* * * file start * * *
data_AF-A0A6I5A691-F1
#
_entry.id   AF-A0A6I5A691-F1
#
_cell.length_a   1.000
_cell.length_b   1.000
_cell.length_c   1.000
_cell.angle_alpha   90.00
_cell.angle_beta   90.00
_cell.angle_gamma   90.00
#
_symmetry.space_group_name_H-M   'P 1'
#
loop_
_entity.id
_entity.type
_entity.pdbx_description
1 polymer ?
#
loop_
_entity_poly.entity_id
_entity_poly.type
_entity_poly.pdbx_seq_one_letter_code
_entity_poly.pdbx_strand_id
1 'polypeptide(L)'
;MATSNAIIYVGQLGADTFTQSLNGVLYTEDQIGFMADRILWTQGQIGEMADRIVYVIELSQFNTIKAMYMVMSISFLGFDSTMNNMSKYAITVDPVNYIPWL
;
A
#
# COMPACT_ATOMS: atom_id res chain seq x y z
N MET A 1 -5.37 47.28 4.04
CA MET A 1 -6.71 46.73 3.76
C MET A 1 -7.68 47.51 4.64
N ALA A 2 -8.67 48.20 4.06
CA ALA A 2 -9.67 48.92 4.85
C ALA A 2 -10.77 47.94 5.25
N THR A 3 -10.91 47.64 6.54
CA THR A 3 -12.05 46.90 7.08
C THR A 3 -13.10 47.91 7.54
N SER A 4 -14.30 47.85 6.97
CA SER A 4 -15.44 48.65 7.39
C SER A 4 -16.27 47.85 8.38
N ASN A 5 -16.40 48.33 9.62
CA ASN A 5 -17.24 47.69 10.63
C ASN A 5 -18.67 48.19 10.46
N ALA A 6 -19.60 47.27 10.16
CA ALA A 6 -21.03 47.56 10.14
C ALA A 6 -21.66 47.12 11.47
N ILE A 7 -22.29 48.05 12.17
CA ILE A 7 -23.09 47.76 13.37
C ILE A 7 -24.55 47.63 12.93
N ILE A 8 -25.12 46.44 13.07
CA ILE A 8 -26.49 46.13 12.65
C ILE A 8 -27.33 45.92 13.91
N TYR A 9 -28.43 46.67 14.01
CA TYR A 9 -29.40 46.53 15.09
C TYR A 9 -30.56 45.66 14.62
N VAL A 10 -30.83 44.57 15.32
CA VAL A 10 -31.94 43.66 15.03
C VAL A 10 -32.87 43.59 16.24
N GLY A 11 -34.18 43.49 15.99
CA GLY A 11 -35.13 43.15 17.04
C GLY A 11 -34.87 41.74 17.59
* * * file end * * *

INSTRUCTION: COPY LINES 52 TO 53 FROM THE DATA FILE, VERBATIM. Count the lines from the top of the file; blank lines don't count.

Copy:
N ILE A 8 -25.12 46.44 13.07
CA ILE A 8 -26.49 46.13 12.65